You can subscribe to this list here.
2004 
_{Jan}

_{Feb}

_{Mar}

_{Apr}

_{May}

_{Jun}

_{Jul}

_{Aug}

_{Sep}

_{Oct}

_{Nov}
(40) 
_{Dec}
(29) 

2005 
_{Jan}
(7) 
_{Feb}
(12) 
_{Mar}
(28) 
_{Apr}
(27) 
_{May}

_{Jun}
(13) 
_{Jul}
(4) 
_{Aug}
(7) 
_{Sep}
(1) 
_{Oct}
(2) 
_{Nov}
(32) 
_{Dec}
(49) 
2006 
_{Jan}
(31) 
_{Feb}
(16) 
_{Mar}
(15) 
_{Apr}
(15) 
_{May}
(21) 
_{Jun}
(1) 
_{Jul}
(1) 
_{Aug}
(5) 
_{Sep}
(2) 
_{Oct}
(21) 
_{Nov}

_{Dec}
(6) 
2007 
_{Jan}
(21) 
_{Feb}

_{Mar}

_{Apr}
(5) 
_{May}
(1) 
_{Jun}
(3) 
_{Jul}
(10) 
_{Aug}
(38) 
_{Sep}
(21) 
_{Oct}
(38) 
_{Nov}
(23) 
_{Dec}
(3) 
2008 
_{Jan}
(72) 
_{Feb}
(45) 
_{Mar}
(46) 
_{Apr}
(5) 
_{May}
(2) 
_{Jun}
(33) 
_{Jul}

_{Aug}
(9) 
_{Sep}
(6) 
_{Oct}
(1) 
_{Nov}
(17) 
_{Dec}
(73) 
2009 
_{Jan}
(20) 
_{Feb}
(28) 
_{Mar}
(7) 
_{Apr}
(24) 
_{May}
(8) 
_{Jun}
(59) 
_{Jul}
(38) 
_{Aug}
(25) 
_{Sep}
(19) 
_{Oct}
(40) 
_{Nov}
(43) 
_{Dec}
(53) 
2010 
_{Jan}
(22) 
_{Feb}
(12) 
_{Mar}
(14) 
_{Apr}
(4) 
_{May}
(29) 
_{Jun}
(26) 
_{Jul}
(7) 
_{Aug}
(14) 
_{Sep}
(16) 
_{Oct}
(34) 
_{Nov}
(13) 
_{Dec}
(8) 
2011 
_{Jan}

_{Feb}

_{Mar}
(1) 
_{Apr}
(1) 
_{May}

_{Jun}
(5) 
_{Jul}
(10) 
_{Aug}
(2) 
_{Sep}
(3) 
_{Oct}

_{Nov}
(1) 
_{Dec}
(1) 
2012 
_{Jan}

_{Feb}
(1) 
_{Mar}

_{Apr}

_{May}

_{Jun}

_{Jul}
(4) 
_{Aug}

_{Sep}
(21) 
_{Oct}

_{Nov}

_{Dec}

2013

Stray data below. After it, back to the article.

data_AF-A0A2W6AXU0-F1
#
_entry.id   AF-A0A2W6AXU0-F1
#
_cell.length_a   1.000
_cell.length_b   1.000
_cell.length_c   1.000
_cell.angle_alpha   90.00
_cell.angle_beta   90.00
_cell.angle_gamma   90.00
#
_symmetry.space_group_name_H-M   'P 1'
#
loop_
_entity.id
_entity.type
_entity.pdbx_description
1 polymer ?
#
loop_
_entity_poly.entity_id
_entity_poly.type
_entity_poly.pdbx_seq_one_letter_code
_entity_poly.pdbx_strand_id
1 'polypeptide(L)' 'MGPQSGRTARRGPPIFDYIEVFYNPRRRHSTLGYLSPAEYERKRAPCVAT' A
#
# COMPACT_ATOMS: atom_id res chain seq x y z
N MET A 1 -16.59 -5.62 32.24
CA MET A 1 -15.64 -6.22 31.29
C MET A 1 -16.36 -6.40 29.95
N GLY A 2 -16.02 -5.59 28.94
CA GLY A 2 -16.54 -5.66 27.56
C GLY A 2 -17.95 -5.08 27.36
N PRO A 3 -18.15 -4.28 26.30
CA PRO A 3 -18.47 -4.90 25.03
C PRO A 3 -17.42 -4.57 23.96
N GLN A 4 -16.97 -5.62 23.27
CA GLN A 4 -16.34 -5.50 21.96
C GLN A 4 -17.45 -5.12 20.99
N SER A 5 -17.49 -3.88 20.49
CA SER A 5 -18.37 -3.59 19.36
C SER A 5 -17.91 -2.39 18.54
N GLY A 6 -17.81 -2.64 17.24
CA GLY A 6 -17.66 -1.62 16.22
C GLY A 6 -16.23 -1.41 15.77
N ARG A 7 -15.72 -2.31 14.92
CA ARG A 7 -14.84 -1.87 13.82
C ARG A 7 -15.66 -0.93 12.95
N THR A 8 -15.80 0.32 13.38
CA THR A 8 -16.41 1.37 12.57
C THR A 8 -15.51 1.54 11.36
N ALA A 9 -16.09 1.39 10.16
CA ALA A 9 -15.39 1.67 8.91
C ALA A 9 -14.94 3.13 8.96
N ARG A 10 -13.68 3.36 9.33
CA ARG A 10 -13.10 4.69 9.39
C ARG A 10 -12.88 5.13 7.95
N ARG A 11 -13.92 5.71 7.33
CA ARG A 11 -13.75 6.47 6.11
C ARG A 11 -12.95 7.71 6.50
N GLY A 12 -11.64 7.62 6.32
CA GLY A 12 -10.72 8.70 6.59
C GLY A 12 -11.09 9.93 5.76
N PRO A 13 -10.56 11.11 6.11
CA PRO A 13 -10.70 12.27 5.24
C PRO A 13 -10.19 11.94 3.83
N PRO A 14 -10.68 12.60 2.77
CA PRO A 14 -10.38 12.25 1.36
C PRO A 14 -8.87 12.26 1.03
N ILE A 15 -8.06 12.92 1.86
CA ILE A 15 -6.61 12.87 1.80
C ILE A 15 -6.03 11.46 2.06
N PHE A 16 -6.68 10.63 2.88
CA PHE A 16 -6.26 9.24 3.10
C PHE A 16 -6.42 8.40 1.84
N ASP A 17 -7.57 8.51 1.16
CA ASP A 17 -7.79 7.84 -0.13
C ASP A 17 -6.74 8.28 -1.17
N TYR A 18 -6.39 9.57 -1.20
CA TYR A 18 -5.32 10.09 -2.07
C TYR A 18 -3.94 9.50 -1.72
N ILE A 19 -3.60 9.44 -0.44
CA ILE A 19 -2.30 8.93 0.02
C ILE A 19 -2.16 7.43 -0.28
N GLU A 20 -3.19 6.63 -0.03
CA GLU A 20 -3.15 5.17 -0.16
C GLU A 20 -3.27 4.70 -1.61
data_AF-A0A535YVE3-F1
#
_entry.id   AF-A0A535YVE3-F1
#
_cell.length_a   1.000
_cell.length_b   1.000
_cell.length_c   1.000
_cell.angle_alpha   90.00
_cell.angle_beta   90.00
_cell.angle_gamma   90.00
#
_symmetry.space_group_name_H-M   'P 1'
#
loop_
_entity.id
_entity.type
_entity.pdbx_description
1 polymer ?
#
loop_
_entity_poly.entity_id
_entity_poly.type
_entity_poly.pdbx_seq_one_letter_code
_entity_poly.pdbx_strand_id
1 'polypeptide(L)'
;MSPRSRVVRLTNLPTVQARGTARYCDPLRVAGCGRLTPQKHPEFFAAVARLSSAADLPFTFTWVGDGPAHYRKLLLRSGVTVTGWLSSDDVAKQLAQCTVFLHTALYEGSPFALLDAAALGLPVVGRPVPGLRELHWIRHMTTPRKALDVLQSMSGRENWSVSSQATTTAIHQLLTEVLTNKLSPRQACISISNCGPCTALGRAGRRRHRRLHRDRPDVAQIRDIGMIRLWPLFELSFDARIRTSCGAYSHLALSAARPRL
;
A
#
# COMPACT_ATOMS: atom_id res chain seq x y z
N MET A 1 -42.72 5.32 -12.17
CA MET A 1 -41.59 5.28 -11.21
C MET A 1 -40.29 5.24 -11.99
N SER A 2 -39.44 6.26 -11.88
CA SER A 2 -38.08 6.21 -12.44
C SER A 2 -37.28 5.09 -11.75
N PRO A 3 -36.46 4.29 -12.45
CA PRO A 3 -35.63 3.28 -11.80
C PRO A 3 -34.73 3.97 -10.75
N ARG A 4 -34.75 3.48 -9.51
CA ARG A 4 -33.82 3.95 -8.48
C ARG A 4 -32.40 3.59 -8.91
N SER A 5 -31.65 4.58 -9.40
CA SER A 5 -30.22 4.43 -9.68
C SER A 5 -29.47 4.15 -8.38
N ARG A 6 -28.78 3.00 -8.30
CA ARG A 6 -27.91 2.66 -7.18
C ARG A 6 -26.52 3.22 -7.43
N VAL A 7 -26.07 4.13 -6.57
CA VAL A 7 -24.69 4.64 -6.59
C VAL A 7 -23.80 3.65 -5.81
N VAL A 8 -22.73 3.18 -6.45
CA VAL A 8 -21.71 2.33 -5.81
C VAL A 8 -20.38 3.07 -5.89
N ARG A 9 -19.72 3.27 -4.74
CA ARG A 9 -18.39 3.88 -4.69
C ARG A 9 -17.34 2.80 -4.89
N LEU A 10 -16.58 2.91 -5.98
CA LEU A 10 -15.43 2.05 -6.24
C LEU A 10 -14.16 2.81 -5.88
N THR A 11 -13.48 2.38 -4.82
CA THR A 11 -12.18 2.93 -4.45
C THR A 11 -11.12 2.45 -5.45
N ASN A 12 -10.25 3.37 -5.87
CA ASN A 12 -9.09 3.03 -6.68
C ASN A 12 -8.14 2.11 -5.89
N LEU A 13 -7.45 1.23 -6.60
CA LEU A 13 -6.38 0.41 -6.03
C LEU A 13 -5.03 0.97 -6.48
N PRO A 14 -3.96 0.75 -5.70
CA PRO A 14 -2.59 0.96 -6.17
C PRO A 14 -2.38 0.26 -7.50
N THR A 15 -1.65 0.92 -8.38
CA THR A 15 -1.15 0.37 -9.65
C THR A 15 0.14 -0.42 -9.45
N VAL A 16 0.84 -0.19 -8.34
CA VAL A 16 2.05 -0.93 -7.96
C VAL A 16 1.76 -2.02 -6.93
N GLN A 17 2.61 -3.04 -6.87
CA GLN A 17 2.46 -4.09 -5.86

_{Jan}

_{Feb}

_{Mar}
(1) 
_{Apr}

_{May}

_{Jun}

_{Jul}

_{Aug}

_{Sep}

_{Oct}
(6) 
_{Nov}

_{Dec}

2014 
_{Jan}

_{Feb}
(2) 
_{Mar}

_{Apr}

_{May}
(1) 
_{Jun}

_{Jul}
(3) 
_{Aug}

_{Sep}
(1) 
_{Oct}

_{Nov}

_{Dec}

2015 
_{Jan}
(2) 
_{Feb}

_{Mar}

_{Apr}

_{May}

_{Jun}

_{Jul}

_{Aug}

_{Sep}

_{Oct}

_{Nov}

_{Dec}

S  M  T  W  T  F  S 

1

2

3

4

5

6

7

8

9

10

11
(1) 
12

13

14

15

16

17

18

19

20

21

22

23
(3) 
24

25

26

27

28

29

30

31





From: Gale (Audacity Team) <gale@au...>  20120723 17:45:02

In the Generate, Effect and Analyze menus, items above the divider are builtin, and items below the divider are plugins. So yes you will have to compile Audacity to change Plot Spectrum. See: http://wiki.audacityteam.org/wiki/Developer_Guide . Gale  View this message in context: http://audacity.238276.n2.nabble.com/PlotSpectrumAnalyzePlugintp7555774p7555776.html Sent from the audacitynyquist mailing list archive at Nabble.com.